“I presented the truth of the matter about those two to the great soul Sugriva. After conversing with each other, a great friendship was born.” (Hanuman, Valmiki Ramayana, Sundara Kand, 35.32)
niveditau ca tattvena sugrīvāya mahātmane |
tayoḥ anyonya sambhāṣāt bhṛśam prītiḥ ajāyata ||
His Divine Grace A.C. Bhaktivedanta Swami Prabhupada clarifies that many of the modern sciences are actually arts. They are not exact in their teachings, since those teachings change. That is the very nature of progress. You can only progress from something if the starting point is imperfection. As science features never-ending progress, there is a subtly acknowledged defect at every point along the way.
One of those arts is psychology. The human mind is difficult to grasp. Just when you think you have figured out a pattern, you meet a person who is unique. You study why they are that way and if others will turn out the same if presented with the same stimuli. Though the studying continues, with the art tweaked and redefined along the way, there are some interesting patterns among some groups. One of them is with friends. Consider this hypothetical scenario:
“My friend told me about the latest movie that came out. I was interested in seeing it too, when I first saw the trailers on television. My friend said the movie is really good. Then I asked what the general reception is. They said that pretty much everyone loves this movie. Now, the more I hear people praising it, the less I want to see it. I’m not going to go along with the crowd.”
The commenter here can be described as a contrarian. Their instinct is to go against what others say. Obviously, the emotion by itself is irrational, since every person is living in the same existence. If my kneejerk reaction is to go against what someone recommends, why shouldn’t they behave the same way with me? If I really like something, I will share it with my friends and family. That only makes sense. Why should others automatically reject that? As a contrarian I am doing that to them, so in one sense I am behaving dishonestly.
Yet this tendency among friends is quite common. An incident is related in the autobiography of Benjamin Franklin, where the famous statesman used some word play to get something accomplished. One time Franklin had an idea for a subscription library, where people could donate books to a central location and others could then borrow those books. The group forming the library had to canvass for members, who would each pay a subscription fee. In the Colonial Era, books were a rare and valuable commodity. Franklin knew that if he said the idea for the library was his, the people of the community might not agree with the proposal. They would be seeing one of their peers succeeding in a venture, and so envy was a likely outcome. He instead said the idea came from “a number of friends.” In this way enough subscribers were signed, paving the way for the vast public library system we have today.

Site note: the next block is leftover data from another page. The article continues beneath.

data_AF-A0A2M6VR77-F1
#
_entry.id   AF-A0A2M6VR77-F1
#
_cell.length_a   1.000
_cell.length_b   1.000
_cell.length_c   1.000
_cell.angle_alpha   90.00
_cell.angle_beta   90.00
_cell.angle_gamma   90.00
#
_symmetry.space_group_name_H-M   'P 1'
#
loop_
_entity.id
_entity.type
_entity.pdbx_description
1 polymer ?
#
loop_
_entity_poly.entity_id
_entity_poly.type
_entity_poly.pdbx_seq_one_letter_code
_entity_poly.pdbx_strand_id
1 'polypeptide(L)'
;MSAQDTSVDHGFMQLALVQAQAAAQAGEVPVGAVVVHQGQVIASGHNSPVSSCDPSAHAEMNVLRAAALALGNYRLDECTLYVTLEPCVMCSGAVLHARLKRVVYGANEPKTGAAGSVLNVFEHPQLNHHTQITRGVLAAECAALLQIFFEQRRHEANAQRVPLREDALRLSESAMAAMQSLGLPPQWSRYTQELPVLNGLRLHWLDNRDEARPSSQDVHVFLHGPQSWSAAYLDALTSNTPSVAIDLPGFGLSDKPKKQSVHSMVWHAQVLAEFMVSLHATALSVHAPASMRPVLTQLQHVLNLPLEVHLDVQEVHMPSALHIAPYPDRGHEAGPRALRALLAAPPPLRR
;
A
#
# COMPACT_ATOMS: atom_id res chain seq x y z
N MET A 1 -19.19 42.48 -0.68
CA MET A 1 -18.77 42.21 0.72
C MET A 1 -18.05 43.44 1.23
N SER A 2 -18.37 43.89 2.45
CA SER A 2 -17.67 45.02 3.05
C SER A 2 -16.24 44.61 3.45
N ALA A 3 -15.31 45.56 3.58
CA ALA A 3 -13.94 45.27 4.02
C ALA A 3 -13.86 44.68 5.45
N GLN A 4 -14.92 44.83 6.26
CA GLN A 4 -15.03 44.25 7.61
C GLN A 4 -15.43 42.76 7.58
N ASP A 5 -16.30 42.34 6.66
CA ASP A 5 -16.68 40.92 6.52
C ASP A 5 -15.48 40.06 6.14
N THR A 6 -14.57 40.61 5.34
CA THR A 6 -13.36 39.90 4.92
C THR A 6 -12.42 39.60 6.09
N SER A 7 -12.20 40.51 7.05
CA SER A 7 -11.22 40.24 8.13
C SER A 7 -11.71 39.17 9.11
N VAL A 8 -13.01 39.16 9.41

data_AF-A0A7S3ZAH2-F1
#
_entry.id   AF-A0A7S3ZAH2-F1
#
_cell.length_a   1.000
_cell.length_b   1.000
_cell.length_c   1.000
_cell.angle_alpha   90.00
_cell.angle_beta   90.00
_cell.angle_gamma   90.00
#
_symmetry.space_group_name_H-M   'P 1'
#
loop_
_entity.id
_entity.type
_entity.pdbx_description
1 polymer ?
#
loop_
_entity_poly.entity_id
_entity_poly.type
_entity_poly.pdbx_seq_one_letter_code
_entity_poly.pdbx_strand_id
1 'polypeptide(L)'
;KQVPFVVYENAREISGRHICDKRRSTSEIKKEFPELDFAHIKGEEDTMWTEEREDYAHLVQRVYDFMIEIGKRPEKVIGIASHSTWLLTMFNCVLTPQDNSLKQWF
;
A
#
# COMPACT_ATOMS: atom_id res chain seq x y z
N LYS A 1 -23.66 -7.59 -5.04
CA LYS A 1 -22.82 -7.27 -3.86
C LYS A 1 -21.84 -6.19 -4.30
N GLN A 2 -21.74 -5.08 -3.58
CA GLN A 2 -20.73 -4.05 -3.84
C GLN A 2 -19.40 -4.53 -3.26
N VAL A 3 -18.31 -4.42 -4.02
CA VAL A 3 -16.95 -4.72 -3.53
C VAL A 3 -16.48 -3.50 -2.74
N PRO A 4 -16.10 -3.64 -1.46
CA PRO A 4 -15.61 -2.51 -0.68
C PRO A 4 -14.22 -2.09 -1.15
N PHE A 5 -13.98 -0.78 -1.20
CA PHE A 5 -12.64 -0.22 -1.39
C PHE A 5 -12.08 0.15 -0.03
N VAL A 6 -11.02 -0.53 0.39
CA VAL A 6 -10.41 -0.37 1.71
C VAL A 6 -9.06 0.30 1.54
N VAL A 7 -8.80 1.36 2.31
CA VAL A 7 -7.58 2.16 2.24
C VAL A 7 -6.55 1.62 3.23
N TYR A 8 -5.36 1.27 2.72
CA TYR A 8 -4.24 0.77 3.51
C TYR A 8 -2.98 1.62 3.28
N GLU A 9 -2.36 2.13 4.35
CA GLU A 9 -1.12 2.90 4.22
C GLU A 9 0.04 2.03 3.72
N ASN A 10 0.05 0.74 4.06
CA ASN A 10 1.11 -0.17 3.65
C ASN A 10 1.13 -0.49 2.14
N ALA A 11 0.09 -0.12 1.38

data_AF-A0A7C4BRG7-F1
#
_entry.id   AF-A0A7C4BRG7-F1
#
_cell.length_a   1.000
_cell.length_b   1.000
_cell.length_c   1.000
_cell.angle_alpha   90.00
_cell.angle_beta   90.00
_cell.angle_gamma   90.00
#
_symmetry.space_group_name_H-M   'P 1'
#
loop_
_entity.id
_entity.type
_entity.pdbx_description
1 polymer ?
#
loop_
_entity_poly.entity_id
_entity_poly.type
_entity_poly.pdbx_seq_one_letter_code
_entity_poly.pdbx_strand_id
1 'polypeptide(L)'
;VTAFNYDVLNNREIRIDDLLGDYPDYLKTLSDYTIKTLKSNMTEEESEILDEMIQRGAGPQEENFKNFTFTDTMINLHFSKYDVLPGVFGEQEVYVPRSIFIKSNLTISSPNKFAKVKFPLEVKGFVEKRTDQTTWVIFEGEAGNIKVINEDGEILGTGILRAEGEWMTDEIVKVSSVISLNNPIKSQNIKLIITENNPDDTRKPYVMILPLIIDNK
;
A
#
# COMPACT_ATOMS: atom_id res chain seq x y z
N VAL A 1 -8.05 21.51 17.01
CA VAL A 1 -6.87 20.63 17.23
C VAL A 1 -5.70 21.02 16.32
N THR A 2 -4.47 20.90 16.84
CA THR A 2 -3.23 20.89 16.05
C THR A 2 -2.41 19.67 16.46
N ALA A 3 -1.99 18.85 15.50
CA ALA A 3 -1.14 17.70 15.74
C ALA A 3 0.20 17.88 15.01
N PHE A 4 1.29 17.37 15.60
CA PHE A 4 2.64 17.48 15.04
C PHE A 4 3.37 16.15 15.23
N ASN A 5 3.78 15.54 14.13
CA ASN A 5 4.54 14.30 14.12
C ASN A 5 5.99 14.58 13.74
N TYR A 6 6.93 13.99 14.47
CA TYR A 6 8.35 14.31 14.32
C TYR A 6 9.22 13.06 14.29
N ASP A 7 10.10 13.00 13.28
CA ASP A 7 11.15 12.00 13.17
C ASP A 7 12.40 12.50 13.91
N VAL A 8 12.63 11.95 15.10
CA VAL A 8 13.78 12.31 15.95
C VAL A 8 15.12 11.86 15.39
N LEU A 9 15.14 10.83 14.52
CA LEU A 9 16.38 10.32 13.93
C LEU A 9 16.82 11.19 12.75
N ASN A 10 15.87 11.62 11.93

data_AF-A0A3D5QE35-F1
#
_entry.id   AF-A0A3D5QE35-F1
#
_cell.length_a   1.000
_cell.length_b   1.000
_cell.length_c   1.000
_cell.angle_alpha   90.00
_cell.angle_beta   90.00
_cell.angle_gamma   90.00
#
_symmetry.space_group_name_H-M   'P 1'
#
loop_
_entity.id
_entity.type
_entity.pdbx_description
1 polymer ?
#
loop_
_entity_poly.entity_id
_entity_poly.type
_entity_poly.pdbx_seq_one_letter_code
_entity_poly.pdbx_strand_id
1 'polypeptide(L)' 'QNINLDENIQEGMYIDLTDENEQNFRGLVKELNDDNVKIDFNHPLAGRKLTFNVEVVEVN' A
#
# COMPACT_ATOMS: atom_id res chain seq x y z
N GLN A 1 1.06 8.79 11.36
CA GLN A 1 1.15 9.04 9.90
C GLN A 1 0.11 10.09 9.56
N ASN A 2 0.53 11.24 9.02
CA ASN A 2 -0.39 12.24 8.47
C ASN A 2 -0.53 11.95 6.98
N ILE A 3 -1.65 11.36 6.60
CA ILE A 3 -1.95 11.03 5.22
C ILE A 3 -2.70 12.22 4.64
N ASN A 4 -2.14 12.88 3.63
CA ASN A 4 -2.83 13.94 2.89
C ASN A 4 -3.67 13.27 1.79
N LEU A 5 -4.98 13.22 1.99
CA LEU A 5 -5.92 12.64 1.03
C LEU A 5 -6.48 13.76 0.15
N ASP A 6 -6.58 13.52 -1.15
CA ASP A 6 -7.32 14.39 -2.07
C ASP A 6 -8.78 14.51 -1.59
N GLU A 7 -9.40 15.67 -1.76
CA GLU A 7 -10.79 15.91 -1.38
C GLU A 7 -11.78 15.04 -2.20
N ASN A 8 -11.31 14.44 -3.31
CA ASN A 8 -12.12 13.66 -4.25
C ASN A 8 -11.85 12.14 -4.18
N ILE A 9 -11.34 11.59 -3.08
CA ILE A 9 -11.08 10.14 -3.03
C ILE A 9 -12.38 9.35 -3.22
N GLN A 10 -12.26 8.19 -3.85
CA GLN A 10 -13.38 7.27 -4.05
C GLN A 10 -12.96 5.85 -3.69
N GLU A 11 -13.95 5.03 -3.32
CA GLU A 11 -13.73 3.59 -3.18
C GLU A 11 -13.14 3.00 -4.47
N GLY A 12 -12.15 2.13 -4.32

“The objections and reluctances I met with in soliciting the subscriptions, made me soon feel the impropriety of presenting one’s self as the proposer of any useful project, that might be suppos’d to raise one’s reputation in the smallest degree above that of one’s neighbours, when one has need of their assistance to accomplish that project.” (Benjamin Franklin, Autobiography)
Shri Hanuman is such a pious soul that his recommendation is trusted by his friends. He knows how to bring together the right people, also. In this verse from the Ramayana, he describes how the alliance between Shri Rama and Sugriva was formed. Rama was wandering the forests with His younger brother Lakshmana. They were searching for Rama’s wife Sita.
Hanuman was Sugriva’s chief minister. He was asked by Sugriva to see what the two princes wanted, as they were unknown to the area of Mount Rishyamukha. Hanuman arranged so that Rama could meet Sugriva. Hanuman informed Sugriva about the truth of the matter. Essentially, through Hanuman’s word trust was formed. Then the two brothers spoke with Sugriva. From the conversation emerged a great friendship.
There are obvious reasons for skepticism during an initial conversation. No matter how well the other person may speak, they may have outside motivations. The salesperson is trained to speak kindly. They are looking to make a sale, after all. Sugriva could have been lying. He could have intended to take advantage of Rama’s strength. Rama was the son of King Dasharatha of Ayodhya. By appearance He looked to be very strong. Sugriva was deathly afraid of his brother Vali. Sugriva could have been acting nicely to have Rama help him, without doing anything in return.
Sugriva was also of the Vanara species, which is like a monkey. This means that Sugriva could have been driven by his sense urges. Why should Rama and Lakshmana trust a total stranger? Hanuman was the key piece. His qualities gained Rama’s trust immediately. Hanuman, too, recognized the Divine qualities of Rama and Lakshmana.
This incident from the Ramayana is both part of factual history and symbolic. If you win over Hanuman’s trust, he will arrange the best meeting for you. Shri Rama, the Supreme Lord, has full faith in him. It is for this reason that Goswami Tulsidas made worship and adoration of Hanuman so popular. People may utter the Hanuman Chalisa, a prayer to Hanuman, out of fear or for material desire, but the association is very powerful. If Hanuman gives his endorsement, then friendship with Shri Rama occurs. To have God the person as your acknowledged best friend is to succeed in life.
Interests with your friend to share,
But tendency to envy still aware.
Not agreeing since from you coming,
Due to insecurity resistant becoming.
With Hanuman no defects at all,
Friend to Rama, Sugriva’s minister to call.
After on his back the brothers seating,
Friendship emerged from ensuing meeting.
Categories: hanuman the messenger